It may be axiomatic that wine’s true partner is food, but sometimes it can get along just fine on its own. On a soft evening in early September, while I was sitting in the garden feeling the last heat of the sun, a plush Chardonnay delivered plenty of pleasure, and somehow tasted like an Indian summer in the glass.
Coincidentally, the wine’s name was Indian Wells, a Washington bottling ($18 at retail) from Chateau Ste. Michelle named for one of the vineyards that provided its fruit. Most of the grapes were sourced from the Wahluke Slope AVA, which is located north of Yakima Valley. It’s one of the state’s warmest growing regions, and so yields ripe grapes that produce round, opulent wines. The winemaking emphasizes this character, using fermentation in American oak barrels, full malolactic fermentation and seven months of oak aging to create a round, rich wine. I found the 2007 lush on the palate, with round flavors of pear and butterscotch that lingered on the finish soft as a golden sunset; 89 points, non-blind.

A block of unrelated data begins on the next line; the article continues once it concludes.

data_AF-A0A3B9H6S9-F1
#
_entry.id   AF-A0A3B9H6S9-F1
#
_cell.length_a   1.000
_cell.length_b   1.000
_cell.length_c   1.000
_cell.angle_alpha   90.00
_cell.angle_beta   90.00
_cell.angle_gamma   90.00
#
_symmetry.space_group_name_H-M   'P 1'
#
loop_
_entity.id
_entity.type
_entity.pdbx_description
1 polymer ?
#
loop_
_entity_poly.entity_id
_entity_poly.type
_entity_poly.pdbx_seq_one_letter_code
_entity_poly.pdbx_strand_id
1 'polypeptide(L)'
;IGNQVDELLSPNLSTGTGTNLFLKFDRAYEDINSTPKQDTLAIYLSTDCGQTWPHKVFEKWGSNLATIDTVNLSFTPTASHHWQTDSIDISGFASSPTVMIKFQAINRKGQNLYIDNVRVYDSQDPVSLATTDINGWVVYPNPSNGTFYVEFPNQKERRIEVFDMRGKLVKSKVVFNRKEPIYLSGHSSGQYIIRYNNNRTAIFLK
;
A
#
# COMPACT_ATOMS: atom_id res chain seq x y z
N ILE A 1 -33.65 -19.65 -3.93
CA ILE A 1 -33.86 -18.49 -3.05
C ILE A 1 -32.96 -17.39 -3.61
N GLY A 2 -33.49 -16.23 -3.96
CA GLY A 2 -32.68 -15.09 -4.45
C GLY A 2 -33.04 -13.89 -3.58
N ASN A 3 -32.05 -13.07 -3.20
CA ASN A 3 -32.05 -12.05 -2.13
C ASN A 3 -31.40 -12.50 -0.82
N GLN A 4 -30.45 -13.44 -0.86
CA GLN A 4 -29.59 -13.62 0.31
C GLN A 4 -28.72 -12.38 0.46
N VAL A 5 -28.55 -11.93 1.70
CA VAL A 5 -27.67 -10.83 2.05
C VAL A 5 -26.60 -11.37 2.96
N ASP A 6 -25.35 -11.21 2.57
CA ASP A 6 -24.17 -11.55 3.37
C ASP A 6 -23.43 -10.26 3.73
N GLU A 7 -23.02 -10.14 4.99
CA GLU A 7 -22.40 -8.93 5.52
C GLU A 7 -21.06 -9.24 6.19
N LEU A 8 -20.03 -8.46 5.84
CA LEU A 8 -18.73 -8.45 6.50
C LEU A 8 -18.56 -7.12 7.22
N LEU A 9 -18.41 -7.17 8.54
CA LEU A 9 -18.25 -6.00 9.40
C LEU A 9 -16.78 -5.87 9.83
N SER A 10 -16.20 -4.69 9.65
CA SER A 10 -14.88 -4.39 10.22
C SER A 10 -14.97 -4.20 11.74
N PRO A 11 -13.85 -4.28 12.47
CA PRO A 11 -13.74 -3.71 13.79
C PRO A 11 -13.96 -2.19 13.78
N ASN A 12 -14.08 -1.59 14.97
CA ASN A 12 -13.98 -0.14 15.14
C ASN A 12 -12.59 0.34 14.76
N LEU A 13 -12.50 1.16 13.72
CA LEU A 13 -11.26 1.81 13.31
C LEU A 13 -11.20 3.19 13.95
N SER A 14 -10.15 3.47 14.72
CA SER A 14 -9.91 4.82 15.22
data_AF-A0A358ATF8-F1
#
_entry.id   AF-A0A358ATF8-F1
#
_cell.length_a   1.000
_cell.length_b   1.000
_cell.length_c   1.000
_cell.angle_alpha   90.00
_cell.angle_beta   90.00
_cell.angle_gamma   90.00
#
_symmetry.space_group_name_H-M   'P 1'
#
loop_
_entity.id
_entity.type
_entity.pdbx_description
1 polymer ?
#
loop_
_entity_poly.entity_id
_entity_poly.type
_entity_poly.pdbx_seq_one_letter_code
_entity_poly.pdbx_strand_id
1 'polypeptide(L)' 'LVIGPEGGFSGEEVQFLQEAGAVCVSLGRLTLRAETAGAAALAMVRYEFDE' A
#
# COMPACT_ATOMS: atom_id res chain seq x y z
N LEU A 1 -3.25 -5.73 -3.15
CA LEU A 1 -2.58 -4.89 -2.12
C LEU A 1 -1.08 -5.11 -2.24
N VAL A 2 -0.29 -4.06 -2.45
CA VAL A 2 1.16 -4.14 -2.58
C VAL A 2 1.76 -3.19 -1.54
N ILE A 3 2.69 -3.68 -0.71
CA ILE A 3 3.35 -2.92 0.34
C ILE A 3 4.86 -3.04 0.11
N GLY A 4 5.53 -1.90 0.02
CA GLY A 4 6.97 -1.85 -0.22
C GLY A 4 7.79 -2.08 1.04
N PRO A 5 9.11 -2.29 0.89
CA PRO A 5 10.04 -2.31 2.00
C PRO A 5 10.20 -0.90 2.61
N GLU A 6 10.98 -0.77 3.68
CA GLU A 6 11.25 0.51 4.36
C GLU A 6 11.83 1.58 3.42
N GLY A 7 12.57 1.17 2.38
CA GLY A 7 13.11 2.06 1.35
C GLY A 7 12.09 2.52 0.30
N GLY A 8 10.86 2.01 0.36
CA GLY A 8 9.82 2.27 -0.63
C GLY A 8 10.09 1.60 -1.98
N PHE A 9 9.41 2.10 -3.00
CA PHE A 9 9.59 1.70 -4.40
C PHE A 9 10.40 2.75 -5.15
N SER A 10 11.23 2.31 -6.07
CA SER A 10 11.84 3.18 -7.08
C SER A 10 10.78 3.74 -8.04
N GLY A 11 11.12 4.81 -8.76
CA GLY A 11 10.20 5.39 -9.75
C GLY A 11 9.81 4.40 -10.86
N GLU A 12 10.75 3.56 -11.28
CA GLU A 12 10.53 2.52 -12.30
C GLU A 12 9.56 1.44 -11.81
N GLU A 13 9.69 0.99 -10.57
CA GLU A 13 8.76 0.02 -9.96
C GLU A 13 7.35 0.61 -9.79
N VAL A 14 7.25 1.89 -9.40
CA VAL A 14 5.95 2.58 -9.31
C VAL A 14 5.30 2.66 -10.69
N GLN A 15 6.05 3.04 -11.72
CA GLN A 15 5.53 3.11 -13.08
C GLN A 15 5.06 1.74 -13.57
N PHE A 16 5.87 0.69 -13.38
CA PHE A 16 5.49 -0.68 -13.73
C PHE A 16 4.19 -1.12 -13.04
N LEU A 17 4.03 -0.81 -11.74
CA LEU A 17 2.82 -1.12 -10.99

WineSpectator.com members: Read the original blind-tasting review for Chateau Ste. Michelle Chardonnay Columbia Valley Indian Wells 2007 (88, $18).
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